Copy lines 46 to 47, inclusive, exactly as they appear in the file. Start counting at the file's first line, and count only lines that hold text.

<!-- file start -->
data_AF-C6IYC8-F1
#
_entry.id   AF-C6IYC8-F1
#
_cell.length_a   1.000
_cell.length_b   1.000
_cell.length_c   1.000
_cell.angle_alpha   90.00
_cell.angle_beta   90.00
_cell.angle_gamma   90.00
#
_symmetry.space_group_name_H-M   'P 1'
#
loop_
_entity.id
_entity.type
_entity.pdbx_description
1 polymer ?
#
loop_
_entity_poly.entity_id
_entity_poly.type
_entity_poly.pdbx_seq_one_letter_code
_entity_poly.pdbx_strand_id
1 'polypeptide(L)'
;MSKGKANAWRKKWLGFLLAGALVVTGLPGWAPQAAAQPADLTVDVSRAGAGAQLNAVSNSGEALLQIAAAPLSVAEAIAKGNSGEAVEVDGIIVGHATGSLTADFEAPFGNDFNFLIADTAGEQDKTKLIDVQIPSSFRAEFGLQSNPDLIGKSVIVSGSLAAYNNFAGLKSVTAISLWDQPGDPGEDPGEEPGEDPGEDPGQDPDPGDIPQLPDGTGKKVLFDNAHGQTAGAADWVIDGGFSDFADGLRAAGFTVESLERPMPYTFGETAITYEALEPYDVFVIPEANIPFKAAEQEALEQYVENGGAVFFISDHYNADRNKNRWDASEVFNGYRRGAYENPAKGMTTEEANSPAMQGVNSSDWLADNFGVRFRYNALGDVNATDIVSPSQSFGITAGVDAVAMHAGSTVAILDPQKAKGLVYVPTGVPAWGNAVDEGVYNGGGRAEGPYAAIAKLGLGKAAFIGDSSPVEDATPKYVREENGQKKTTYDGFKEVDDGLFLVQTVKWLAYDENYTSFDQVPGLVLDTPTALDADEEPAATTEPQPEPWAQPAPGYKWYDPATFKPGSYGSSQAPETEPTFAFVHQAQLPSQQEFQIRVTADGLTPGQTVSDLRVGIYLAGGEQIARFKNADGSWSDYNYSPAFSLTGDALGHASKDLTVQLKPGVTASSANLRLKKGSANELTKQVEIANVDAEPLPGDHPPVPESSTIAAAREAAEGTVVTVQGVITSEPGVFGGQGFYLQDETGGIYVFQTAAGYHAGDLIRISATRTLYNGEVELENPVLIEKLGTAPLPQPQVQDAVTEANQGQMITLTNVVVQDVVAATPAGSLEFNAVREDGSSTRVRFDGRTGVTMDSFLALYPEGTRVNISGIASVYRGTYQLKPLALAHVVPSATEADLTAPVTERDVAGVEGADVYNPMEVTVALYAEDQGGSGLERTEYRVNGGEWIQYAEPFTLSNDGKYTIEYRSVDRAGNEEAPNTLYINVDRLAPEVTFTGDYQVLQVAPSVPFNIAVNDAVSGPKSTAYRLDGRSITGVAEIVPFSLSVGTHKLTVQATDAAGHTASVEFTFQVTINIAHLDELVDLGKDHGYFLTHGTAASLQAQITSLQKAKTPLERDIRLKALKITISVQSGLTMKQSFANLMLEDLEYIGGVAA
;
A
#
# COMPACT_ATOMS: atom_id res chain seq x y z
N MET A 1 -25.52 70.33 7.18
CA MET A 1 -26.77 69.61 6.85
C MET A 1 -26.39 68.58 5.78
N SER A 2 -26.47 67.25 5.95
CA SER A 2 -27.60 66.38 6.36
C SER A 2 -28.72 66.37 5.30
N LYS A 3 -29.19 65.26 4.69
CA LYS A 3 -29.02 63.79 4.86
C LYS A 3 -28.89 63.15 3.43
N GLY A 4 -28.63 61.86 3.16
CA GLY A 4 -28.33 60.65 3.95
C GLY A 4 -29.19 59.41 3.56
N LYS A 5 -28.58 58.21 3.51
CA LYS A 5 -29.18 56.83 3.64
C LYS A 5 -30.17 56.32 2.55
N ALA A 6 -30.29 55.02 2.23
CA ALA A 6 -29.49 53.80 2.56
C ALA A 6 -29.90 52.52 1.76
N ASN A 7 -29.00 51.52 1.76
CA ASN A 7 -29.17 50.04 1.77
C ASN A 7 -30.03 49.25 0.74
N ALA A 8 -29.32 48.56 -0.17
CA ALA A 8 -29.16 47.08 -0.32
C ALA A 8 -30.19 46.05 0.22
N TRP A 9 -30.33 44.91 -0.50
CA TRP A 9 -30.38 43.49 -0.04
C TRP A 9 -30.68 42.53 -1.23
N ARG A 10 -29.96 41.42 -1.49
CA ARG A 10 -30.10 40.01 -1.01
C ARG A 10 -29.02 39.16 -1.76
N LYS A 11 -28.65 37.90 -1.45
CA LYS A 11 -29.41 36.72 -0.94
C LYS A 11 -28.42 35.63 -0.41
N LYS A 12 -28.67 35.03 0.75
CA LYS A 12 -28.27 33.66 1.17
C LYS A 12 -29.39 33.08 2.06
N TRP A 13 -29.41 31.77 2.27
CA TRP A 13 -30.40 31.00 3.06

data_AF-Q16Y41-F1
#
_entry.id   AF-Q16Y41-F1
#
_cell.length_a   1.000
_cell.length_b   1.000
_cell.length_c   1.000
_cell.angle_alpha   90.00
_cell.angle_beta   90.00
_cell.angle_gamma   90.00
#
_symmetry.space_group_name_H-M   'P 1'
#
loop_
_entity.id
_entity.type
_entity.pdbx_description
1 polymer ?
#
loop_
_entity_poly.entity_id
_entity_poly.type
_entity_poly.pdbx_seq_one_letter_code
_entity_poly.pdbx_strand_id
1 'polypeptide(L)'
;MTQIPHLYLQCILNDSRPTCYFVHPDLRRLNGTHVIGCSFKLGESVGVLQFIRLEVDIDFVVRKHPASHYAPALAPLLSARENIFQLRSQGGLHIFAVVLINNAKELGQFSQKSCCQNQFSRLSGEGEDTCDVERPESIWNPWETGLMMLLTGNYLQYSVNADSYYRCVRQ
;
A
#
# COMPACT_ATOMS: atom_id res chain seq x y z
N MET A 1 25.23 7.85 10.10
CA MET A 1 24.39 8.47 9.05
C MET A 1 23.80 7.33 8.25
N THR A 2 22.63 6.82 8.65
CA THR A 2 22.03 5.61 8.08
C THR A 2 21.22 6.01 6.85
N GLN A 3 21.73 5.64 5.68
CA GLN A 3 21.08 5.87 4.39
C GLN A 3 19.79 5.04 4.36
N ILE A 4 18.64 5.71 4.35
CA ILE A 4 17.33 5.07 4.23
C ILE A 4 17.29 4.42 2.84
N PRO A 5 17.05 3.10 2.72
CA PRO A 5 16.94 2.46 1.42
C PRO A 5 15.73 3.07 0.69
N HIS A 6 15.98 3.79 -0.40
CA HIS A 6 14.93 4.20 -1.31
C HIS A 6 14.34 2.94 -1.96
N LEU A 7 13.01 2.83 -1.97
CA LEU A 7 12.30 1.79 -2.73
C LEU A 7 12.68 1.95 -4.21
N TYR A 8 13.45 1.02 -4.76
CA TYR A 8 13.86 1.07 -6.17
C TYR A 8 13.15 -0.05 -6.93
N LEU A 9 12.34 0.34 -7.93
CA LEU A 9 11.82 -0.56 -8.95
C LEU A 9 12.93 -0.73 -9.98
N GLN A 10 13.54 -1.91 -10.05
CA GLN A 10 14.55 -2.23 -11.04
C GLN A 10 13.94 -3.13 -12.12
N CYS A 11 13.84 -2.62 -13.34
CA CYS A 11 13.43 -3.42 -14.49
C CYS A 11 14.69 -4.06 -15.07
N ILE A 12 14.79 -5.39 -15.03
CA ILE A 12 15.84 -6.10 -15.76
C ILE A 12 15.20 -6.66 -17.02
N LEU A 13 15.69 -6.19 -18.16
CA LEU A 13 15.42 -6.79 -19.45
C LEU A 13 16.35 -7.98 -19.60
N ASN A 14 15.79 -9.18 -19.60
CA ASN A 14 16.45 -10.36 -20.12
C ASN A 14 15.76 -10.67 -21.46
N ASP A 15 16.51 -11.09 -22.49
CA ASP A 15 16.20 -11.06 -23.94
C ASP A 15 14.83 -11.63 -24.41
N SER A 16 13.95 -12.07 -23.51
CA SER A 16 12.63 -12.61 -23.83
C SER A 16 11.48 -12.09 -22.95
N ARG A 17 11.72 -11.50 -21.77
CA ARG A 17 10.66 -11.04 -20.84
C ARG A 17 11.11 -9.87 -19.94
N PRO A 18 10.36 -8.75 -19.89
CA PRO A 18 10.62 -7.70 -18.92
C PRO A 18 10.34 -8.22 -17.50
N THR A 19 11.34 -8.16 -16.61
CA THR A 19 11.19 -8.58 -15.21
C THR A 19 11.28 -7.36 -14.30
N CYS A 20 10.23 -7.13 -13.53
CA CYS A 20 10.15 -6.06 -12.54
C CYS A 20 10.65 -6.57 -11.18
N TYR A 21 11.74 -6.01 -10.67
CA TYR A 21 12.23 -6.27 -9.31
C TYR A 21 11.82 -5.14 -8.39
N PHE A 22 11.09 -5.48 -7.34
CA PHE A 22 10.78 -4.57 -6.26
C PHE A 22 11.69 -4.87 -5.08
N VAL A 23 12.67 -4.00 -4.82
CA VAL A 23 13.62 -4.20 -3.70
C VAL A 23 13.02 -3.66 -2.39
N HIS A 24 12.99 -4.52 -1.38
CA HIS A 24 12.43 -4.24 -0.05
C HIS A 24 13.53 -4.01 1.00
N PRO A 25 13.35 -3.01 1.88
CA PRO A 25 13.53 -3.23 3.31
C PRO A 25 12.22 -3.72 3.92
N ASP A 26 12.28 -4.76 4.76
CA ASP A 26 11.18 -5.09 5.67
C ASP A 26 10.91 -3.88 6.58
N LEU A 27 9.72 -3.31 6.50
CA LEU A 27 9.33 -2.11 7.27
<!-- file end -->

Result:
N ALA A 6 -30.29 55.02 2.23
CA ALA A 6 -29.49 53.80 2.56